SUSTAINABLE CROPPING SYSTEMS FOR THE NORTHEAST
Location: New England Plant, Soil and Water Research Laboratory
Title: Infection Potential of Hairy Nightshade (Solanum sarrachoides) by Phytophthora Infestans and Late Blight Implications of the Alternate Host
Submitted to: Journal of Phytopathology
Publication Type: Peer Reviewed Journal
Publication Acceptance Date: September 17, 2008
Publication Date: August 1, 2009
Citation: Olanya, O.M., Plant, A.B., Larkin, R.P., Honeycutt, C.W. 2009. Infection Potential of Hairy Nightshade (Solanum sarrachoides) by Phytophthora Infestans and Late Blight Implications of the Alternate Host. Journal of Phytopathology. 157:427-437.
Interpretive Summary: Hairy nightshade is a common weed that can serve as a host for potato late blight disease. To evaluate its potential significance, we assessed the importance of environmental (temperature and relative humidity), pathogen (inoculum load and isolates), and host factors (weed growth stage and the ability of disease plants to produce inoculum) in controlled experiments in comparison to potato and tomato hosts. Late blight infection was greater on potato and tomato than on hairy nightshade. Disease level on hairy nightshade varied with inoculum level and weed growth stage. Because hairy nightshade occurs in a similar agro-ecosystem where potato is cultivated, and has similar environmental requirements for blight infection, proper controls are required to minimize its potential impact in serving as a refuge or source of inoculum.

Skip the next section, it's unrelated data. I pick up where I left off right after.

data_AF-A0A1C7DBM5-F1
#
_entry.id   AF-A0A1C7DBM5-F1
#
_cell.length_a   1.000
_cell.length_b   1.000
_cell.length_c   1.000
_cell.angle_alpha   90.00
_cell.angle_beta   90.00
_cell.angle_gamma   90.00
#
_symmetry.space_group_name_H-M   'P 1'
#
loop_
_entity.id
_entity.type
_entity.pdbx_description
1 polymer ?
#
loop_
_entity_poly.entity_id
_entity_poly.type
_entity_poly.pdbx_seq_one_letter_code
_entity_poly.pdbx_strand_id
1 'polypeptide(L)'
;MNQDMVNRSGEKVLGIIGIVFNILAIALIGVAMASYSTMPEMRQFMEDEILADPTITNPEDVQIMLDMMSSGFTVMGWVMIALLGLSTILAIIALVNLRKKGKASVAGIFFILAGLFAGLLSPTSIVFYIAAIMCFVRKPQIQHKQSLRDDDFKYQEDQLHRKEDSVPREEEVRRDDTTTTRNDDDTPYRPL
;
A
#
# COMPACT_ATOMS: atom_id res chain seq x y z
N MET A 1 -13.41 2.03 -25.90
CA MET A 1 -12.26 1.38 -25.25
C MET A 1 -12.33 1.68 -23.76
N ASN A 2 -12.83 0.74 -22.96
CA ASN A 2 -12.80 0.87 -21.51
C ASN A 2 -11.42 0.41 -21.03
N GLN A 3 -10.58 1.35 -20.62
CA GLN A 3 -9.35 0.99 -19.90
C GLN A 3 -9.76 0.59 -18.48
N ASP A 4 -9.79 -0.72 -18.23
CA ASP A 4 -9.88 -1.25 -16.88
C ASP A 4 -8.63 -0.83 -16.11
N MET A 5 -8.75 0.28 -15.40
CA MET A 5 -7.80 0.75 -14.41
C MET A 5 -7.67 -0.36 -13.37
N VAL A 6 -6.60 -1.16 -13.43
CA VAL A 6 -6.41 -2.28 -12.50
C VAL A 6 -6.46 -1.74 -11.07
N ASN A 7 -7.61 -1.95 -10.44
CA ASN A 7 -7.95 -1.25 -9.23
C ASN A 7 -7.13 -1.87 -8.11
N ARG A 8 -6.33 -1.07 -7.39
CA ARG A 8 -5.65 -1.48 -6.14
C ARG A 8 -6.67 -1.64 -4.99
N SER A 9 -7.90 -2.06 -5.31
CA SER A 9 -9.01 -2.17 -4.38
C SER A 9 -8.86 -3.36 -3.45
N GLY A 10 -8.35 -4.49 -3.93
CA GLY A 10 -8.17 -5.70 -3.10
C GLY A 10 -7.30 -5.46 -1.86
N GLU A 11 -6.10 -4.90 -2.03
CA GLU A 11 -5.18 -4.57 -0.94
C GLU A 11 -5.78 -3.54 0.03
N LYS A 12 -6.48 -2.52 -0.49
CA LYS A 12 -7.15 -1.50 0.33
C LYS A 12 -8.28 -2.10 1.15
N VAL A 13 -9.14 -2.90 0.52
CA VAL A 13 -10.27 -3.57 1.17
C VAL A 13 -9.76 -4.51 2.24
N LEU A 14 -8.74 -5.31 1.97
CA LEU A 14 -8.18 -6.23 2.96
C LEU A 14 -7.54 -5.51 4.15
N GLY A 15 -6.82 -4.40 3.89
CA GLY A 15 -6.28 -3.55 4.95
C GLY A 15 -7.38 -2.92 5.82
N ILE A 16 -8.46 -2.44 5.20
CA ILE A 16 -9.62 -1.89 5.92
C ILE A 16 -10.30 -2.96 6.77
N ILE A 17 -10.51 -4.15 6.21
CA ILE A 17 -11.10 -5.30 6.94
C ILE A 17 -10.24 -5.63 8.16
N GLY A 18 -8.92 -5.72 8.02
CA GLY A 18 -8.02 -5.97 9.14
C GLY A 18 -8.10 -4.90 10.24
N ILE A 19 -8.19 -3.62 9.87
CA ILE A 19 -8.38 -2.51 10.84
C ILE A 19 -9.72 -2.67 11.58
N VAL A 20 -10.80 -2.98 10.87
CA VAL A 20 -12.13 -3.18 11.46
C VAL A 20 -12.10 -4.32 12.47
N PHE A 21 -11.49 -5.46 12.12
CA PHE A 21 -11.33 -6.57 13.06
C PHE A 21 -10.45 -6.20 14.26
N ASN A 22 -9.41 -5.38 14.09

Infection of hairy nightshade (Solanum sarrachoides Sendt) by Phytophthora infestans has been reported; however, the epidemiological significance of hairy nightshade to potato late blight is not well known. Disease development and infection rates of P. infestans were quantified on hairy nightshade relative to tomato (cv Bellstar) and potato (cv Shepody) hosts to evaluate infection potential at 14, 18, 22 and 26 C and 72, 82, 87, and 92% relative humidity (RH). The susceptibility of hairy nightshade to inoculum levels, weed ontogeny, and sporangia production potential were also investigated. Late blight development varied among hairy nightshade, tomato and potato hosts. Pathogen infection rates ranged from 0.0325 to 0.4674 gompits/day, and were significantly (P<0.05) greater on potato and tomato than on hairy nightshade. Late blight severity was variably affected by RH. Disease levels on hairy nightshade varied with inoculum load; and ranged from 9-26% and 26-37% at low and high sporangia concentrations, respectively. Late blight was recorded irrespective of hairy nightshade ontogeny, and was significantly greater on 8-10 than 4-6 wk-old plants. These results indicate that pathogen, environmental and host factors affect late blight development on hairy nightshade.